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"Financial and Psychological Determinants of Donor’s Capacity to Give."

Thomas B. Murphy, The T. B. Murphy Foundation Charitable Trust. In New Directions in Philanthropic Fundraising. Understanding the Needs of Donors: The Supply-Side of Charitable Giving. Edited by Eugene R. Tempel and Dwight F. Burlingame. Number 28, fall 2001, pp.33-49.
The basic tenet of this paper is that "the primary financial decision-making criterion for determining one’s capacity to engage in philanthropic activities is neither wealth nor income but the expected present and future relationship between income and expense."
Given the generally accepted assumption that one provides first for oneself and one’s family and does so at some level of lifestyle, philanthropy enters into the decision-making process when the difference between the expected level of income, present and future, and expected level of expense, present and future, to maintain and enhance one’s standard of living is substantial and relatively permanent as measured by the subjectively determined criteria of the decision maker. It is from this difference that the financial wherewithal for financial activities emerges.

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"Financial Resources and Charitable Contributions of Retired Households"
Retired households, on average, own 58% more wealth but earn 35% less income than non-retired households. On average they also contribute substantially more (69%) to charitable causes than do non-retired households.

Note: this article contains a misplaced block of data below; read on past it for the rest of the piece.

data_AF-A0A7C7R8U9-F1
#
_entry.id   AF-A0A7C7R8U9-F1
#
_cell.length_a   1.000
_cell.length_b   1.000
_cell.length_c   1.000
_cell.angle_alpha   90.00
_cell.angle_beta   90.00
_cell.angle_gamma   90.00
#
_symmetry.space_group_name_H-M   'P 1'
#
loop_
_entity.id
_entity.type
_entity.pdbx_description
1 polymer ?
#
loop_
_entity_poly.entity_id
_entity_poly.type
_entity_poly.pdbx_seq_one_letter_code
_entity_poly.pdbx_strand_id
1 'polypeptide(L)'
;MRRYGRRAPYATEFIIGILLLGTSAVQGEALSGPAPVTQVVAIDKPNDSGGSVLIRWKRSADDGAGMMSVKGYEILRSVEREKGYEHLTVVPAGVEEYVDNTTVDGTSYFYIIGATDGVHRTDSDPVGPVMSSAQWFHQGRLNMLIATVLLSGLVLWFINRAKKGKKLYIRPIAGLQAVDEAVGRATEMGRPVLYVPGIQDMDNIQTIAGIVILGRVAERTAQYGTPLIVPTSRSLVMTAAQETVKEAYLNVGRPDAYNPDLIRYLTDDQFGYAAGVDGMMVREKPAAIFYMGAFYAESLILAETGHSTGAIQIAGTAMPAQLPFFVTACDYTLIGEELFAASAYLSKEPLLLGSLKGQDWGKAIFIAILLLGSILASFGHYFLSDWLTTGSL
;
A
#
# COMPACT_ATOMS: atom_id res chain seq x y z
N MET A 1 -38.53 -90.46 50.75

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"Finding God in Some Things: Unintended Consequences for the Academy of the Faith That Does Justice."
Paul G. Schervish. Conversations: The National Seminar on Higher Education, Number 19, Spring 2001:21-2.
Schervish is concerned that the implementation of the Jesuit summons to a faith that does justice has, in higher education, unintentionally done an injustice to the more fundamental invitation to find God in all things. "I have no quarrel with the prayerfully adopted Jesuit formulation linking faith and the practice of justice. Infusion of the faith that does justice into the personal and academic vocation of the university has been on balance salutary and transformative. I do argue, however, that too narrow a focus on the meaning and practice of that injunction has impaired both faith and justice. A one-sided emphasis on certain types of service has inoculated those associated with the university from the full potency of the Ignatian prescriptions of religious indifference, finding God in all things, and discernment."

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